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Baroness Blatch: I understood that the amendment tabled by the noble Lord, Lord Rodgers, was to be spoken to with this amendment.

Lord McIntosh of Haringey: Amendment No. 6 is to be spoken to with Amendment No. 3. At the moment we are concerned with Amendment No. 2. Perhaps that gives the Minister a moment or two more to consider the very direct question I am putting to her. Can she give the Committee an assurance that, when the Security Service is called in under the provisions of Clause 1 of the Bill, it will have no powers that are not available to the police?

Baroness Blatch: Is the noble Lord still speaking to Amendment No. 2? The debate has continued for so long that I thought that we had moved on.

The powers that the Security Service has now are not being extended in the Bill. What the Bill will facilitate is that the existing powers of the Security Service will be applied in a new area of activity. Therefore the powers will not be the same. As I have already made clear, the Security Service, for example, has no powers of arrest; the police services do have powers of arrest. Therefore there is already a distinction in that particular area. The Security Service will use existing powers--no additional ones--and will act in support of the police services.

Lord McIntosh of Haringey: That is what I feared. So the situation is much more serious than it appeared. We are back to George Bush and his ambiguous election promises.

What we need is not an assurance that the Security Service is being given no new powers over those that it presently has; we want an assurance that when it acts in support of the activities of police forces--in other words, in dealing with the criminal law in this country--it does not have powers that the police do not have. We need to know that there will not be a new body of law enforcement officers coming in to do work which in the past has been done by the police, with powers about which we do not necessarily know, because the Security Service is a secret service, that are not available to the police. We know that the police have powers that are not available to the Security Service. We want to be assured that the Security Service, when acting in support of the police, has no powers that the police do not have.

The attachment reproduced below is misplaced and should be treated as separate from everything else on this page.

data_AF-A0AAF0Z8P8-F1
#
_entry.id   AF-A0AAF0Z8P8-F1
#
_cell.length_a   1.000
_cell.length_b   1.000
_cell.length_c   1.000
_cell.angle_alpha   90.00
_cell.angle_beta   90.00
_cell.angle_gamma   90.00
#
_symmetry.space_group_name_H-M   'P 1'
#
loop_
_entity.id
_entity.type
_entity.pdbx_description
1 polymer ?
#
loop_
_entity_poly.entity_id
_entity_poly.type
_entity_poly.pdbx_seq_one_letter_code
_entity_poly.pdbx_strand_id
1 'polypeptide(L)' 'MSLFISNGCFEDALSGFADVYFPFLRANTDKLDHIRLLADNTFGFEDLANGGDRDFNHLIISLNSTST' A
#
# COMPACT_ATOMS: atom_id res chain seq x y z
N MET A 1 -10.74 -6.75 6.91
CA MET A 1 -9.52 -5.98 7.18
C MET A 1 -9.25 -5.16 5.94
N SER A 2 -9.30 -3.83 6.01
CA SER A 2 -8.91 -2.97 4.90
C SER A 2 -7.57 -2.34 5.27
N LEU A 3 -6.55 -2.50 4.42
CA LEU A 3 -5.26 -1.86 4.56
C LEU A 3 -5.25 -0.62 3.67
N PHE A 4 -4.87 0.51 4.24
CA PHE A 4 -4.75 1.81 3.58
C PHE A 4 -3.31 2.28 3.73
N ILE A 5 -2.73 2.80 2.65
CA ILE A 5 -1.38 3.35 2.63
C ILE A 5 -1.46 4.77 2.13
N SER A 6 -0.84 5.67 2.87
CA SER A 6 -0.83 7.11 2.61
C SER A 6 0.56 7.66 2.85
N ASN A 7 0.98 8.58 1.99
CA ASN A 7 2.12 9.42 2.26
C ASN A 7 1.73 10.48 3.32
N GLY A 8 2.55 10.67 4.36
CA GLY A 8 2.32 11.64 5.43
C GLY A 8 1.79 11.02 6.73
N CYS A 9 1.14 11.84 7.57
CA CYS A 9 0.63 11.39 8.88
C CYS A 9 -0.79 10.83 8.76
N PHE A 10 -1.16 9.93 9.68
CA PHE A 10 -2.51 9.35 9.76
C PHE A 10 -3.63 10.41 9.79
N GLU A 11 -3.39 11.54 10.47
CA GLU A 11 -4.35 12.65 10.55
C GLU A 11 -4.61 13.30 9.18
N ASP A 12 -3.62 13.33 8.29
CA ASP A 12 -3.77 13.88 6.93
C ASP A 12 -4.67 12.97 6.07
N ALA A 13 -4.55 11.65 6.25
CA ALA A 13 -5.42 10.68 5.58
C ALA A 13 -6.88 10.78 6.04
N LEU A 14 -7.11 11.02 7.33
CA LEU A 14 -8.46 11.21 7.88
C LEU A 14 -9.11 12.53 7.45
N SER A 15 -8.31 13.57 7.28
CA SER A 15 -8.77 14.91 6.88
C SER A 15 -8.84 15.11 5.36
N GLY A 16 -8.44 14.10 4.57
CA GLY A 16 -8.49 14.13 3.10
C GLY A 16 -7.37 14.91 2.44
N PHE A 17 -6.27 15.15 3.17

Baroness Blatch: That sounds a very convoluted way to put the point. But I can give the noble Lord the assurance that the Security Service will have no powers that the police do not have.

Lord McIntosh of Haringey: I am satisfied with that answer. I am grateful for it. It is of enormous importance

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in a civil liberties sense to know that those who perform functions which have been the functions of the police in this country will be subject to the same rules and the same restrictions on powers as are the police. I am enormously grateful. I beg leave to withdraw the amendment.

Amendment, by leave, withdrawn.

Lord McIntosh of Haringey moved Amendment No.3:

Page 1, line 9, at end insert--
("( ) In carrying out its function under subsection (4) above, the Service shall be subject to the provisions of Part IX of the Police and Criminal Evidence Act 1984 (Police Complaints and Discipline)."").

The noble Lord said: This is a related but separate amendment. It is the amendment being discussed in conjunction with Amendment No. 6 tabled by the noble Lord, Lord Rodgers of Quarry Bank. It is complementary to Amendment No. 2. Once we have established that the Security Service, in performing these functions, has no powers which the police do not have, it is rational to say that it will be subject to the same procedures as those set out in Part IX of the Police and Criminal Evidence Act 1984--police complaints and discipline--which set up the Police Complaints Authority.

To make sure that I am perfectly well aware of it, the Minister will tell us that the Intelligence Services Act 1994 establishes both a commissioner and a tribunal for the Security Service. I take it that the roles of the commissioner and the tribunal are in no way affected by the Bill; in other words, all the other activities that the Security Service has always undertaken will be subject to the provisions of the Intelligence Services Act.